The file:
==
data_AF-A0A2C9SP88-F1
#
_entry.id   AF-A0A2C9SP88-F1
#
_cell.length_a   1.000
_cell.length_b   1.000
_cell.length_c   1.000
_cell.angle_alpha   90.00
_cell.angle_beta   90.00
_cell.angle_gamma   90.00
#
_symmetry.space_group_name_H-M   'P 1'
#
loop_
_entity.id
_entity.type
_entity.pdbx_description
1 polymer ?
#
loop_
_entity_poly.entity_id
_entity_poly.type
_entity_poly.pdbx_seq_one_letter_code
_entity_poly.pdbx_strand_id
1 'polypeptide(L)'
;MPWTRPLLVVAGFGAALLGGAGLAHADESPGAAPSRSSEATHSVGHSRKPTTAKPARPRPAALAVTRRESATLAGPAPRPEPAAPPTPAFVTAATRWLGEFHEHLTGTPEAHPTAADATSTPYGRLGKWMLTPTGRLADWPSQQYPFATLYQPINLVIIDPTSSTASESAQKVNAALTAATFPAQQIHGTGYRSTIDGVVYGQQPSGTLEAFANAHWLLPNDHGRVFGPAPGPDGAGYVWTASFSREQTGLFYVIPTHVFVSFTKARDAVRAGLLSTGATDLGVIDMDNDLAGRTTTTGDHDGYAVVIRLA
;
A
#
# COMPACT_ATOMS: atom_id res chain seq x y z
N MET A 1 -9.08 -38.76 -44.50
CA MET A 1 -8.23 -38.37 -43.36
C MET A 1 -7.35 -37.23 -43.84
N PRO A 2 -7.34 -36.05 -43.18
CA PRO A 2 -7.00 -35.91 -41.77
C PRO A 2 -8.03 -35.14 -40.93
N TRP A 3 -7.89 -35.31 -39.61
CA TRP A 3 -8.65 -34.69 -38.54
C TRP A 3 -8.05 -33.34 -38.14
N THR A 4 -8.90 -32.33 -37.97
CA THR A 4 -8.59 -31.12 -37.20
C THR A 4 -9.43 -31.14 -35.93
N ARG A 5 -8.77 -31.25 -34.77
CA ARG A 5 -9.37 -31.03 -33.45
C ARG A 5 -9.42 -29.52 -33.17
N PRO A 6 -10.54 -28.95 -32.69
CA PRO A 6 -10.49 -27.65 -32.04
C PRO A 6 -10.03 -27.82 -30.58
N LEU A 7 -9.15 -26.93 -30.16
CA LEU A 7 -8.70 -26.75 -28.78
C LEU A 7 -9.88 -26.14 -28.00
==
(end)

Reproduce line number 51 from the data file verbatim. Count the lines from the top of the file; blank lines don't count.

C LEU A 7 -9.88 -26.14 -28.00